The only time you should leave your home is if it’s become dangerous/untenable. If that were to happen, remember that Pike County, IL is not exactly desolation wilderness. If you had to bug out, you’re far more likely to end up in a motel or government shelter or on somebody’s couch than camping in the woods. I’d be more concerned about having things like cash and an emergency credit card, cell phone chargers and toiletry kits than a lot of the stuff you described.

Last but not least, don’t sacrifice future stability for prepping. The most likely scenario is that there is no disaster, and life goes on as usual, and you have to prep for that first. Make sure you’re saving for retirement, you’re not taking on consumer debt, and you’re not spending so much time obsessing over prepping that you’re not enjoying life.


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zero11010 wrote:

One of the most important things you can do in your preparedness planning is gaining skills. Much more important than your ability to buy 1,000ft of paracord is your ability to do basic first aid (for example). Another example would be: you have maps and compass, do you know how to read a map and navigate through woods with one?


What to prepare for:
What has caused evacuations with 200 miles of your home within the last 100 years? I don't know exactly where you are or what may have happened. But, the odds of you dealing with a fire or a flood are likely thousands and thousands of times higher than you needing to deal with a dirty bomb or an EMP or terrorist attacks or catastrophic solar flares or total collapse of our government or an economic collapse.

Start by preparing for things that are reasonably likely to happen. When you go to an ocean to swim you wear sunscreen, but you don't wear a shark proof suit. That's because you're more likely to burn than be eaten by a shark. When you go for a drive you buckle your seat belt, but you don't wear a fire retardant suit because car crashes happen daily, but cars don't burst into flames very often. The very basics of your supplies will carry over from one type of disaster to the next.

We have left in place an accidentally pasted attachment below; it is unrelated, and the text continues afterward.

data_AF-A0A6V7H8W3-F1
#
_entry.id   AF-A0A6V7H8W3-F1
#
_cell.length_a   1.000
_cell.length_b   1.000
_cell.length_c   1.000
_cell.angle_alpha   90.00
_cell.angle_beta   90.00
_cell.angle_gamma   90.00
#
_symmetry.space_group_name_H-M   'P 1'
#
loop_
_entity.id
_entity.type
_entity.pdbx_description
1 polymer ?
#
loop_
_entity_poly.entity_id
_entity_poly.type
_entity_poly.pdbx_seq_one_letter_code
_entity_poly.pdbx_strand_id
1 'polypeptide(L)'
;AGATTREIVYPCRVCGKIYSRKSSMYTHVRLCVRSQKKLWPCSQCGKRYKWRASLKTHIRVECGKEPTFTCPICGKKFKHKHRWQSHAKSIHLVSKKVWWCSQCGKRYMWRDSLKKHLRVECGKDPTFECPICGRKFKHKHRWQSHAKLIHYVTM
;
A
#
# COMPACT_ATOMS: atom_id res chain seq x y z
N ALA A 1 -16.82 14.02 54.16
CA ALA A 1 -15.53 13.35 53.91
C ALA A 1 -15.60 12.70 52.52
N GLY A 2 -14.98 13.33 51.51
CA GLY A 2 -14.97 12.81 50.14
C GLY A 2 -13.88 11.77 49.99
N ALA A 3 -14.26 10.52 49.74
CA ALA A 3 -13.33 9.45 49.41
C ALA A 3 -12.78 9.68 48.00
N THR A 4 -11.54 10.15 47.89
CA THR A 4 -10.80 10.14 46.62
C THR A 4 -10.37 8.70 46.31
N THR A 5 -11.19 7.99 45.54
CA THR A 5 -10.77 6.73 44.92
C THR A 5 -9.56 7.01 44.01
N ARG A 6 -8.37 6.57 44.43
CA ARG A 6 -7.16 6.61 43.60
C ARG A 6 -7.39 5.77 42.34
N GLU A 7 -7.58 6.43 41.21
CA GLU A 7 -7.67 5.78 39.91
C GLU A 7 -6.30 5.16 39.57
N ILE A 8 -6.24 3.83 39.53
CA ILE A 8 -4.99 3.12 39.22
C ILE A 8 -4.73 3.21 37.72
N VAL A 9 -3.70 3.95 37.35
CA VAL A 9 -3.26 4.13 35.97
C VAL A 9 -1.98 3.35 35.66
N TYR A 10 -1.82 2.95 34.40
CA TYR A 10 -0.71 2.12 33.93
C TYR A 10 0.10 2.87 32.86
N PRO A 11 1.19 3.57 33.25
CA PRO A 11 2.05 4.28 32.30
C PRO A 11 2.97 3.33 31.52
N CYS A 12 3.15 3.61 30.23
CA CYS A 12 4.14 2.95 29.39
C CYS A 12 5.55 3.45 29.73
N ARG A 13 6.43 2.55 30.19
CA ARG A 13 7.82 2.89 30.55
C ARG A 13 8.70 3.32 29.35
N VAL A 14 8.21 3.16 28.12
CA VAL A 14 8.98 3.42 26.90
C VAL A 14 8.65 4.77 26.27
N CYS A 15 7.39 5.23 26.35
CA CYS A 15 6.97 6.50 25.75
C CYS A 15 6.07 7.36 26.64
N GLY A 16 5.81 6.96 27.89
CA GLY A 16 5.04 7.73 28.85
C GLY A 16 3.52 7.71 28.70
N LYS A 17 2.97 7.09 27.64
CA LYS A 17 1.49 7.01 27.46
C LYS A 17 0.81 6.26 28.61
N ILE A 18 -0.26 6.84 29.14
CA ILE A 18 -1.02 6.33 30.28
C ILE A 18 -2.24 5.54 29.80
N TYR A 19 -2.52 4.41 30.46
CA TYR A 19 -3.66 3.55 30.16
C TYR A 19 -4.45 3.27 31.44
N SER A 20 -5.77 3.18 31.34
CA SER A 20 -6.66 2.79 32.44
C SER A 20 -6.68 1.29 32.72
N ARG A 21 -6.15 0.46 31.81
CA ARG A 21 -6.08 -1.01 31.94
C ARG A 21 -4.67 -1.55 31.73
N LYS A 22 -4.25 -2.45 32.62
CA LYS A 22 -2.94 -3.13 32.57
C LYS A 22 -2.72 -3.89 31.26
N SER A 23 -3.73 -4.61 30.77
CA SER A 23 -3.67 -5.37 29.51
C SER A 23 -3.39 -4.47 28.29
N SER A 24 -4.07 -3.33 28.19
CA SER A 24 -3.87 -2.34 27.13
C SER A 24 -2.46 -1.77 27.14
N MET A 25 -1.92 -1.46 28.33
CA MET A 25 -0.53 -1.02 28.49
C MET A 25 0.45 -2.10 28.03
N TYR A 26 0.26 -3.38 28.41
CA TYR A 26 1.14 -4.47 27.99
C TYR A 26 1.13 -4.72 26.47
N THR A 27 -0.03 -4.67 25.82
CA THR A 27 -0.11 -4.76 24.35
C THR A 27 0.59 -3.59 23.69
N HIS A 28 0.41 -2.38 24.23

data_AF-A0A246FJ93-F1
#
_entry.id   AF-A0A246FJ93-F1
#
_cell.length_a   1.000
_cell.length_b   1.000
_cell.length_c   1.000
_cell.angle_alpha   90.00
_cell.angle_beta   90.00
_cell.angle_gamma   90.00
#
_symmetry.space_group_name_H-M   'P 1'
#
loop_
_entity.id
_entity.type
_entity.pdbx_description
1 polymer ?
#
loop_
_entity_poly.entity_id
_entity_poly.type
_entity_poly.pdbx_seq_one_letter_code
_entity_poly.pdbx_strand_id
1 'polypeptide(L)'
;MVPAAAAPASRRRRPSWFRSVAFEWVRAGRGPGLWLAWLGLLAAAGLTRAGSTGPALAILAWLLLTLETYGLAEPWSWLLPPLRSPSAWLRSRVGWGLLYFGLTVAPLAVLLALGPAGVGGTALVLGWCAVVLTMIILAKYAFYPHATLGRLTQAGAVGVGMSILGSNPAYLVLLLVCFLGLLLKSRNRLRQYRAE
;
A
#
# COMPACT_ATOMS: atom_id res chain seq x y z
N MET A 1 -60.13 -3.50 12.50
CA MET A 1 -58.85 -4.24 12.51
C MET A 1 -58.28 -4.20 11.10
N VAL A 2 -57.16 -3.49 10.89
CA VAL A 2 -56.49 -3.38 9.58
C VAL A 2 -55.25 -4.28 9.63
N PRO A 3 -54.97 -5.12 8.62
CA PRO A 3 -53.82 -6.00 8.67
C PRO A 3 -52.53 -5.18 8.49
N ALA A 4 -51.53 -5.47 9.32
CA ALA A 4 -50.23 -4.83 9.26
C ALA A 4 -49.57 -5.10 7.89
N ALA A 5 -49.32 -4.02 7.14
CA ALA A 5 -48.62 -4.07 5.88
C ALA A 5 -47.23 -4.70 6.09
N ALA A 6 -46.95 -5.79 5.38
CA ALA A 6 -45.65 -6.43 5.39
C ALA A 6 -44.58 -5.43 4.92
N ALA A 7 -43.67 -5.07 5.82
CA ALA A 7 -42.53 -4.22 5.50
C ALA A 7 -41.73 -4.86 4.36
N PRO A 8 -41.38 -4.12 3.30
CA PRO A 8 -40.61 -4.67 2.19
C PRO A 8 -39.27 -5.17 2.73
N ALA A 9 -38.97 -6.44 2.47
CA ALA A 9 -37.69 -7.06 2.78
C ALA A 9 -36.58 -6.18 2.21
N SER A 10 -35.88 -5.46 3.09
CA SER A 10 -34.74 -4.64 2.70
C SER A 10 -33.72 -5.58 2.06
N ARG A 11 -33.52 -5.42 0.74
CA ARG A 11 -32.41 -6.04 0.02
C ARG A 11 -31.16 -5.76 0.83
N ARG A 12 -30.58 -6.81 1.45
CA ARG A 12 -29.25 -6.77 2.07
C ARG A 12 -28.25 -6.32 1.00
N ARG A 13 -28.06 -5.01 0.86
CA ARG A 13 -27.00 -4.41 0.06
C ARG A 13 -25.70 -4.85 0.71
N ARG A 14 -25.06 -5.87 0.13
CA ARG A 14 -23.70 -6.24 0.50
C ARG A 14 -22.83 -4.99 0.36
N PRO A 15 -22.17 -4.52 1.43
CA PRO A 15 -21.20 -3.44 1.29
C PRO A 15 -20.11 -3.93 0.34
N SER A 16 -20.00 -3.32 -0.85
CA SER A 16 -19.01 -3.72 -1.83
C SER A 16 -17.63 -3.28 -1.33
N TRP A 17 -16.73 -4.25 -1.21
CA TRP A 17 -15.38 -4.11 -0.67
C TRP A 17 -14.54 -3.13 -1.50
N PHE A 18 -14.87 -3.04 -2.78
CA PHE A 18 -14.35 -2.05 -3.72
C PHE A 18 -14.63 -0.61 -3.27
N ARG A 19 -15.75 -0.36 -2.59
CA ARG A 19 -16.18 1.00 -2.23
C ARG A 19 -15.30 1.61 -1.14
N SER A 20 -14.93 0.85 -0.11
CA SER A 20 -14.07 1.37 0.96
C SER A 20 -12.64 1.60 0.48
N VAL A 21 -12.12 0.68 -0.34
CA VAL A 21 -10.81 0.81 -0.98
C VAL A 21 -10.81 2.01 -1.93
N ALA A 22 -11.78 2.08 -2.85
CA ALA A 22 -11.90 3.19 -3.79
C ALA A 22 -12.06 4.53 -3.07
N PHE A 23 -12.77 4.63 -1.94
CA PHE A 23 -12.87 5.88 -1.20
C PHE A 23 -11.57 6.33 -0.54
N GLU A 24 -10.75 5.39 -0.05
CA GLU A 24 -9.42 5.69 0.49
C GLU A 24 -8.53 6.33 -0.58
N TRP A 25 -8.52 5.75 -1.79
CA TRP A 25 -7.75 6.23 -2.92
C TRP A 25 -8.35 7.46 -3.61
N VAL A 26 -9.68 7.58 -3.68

2nd this

when I first started prepping I was a uni student with no money, establish some action plans first as everything else builds upon those plans (plan A, Plan B etc). once the plan is worked out sort out everything you need to enact the plan, this might only include a day of supplies, 1/2 a tank of gas etc but you'll see if your plans work. once you can enact your action plans, then start by building up everything else

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mns473k, you've come to the right place. People in this forum are incredibly knowledgable and helpful when it comes to information-sharing. And we all started off as newbies, except for Woods Walker who I'm pretty sure came out of the womb with a Swedish FireSteel clutched in his tiny fist.

The father in me (two teenage daughters) says bilge the BF and look for someone who's commitment to you and your girls will be unquestioned. In a SHTF situation men's role as provider and protector is going to come to the fore - and people are going to become who and what they really are, for better or worse.

Perhaps the most important thing is not to get overwhelmed with fear and anxiety. Yes, there are definite reasons to prep, but there is also a tremendous amount of fear-mongering by the media and people trying to sell you something. Cover the essentials first, then add as your means permit. Seek out like-minded people, but beware the strange rangers who often gravitate to the "survivalist" scene. Preppers & "survivalists" are not the same. Most genuine preppers are going to have a concern for their neighbors as well as themselves.

As far as friends & family questioning your decision to prep, you have to become impervious to the scoffers and willfully ignorant. I've tried for years, unsuccessfully, to get my siblings to see the light, to no avail. Normalcy bias is strong and even longtime friends who are worried about the various natural or man-made disasters that could befall us show an incomprehensible (to me) inertia and complacency.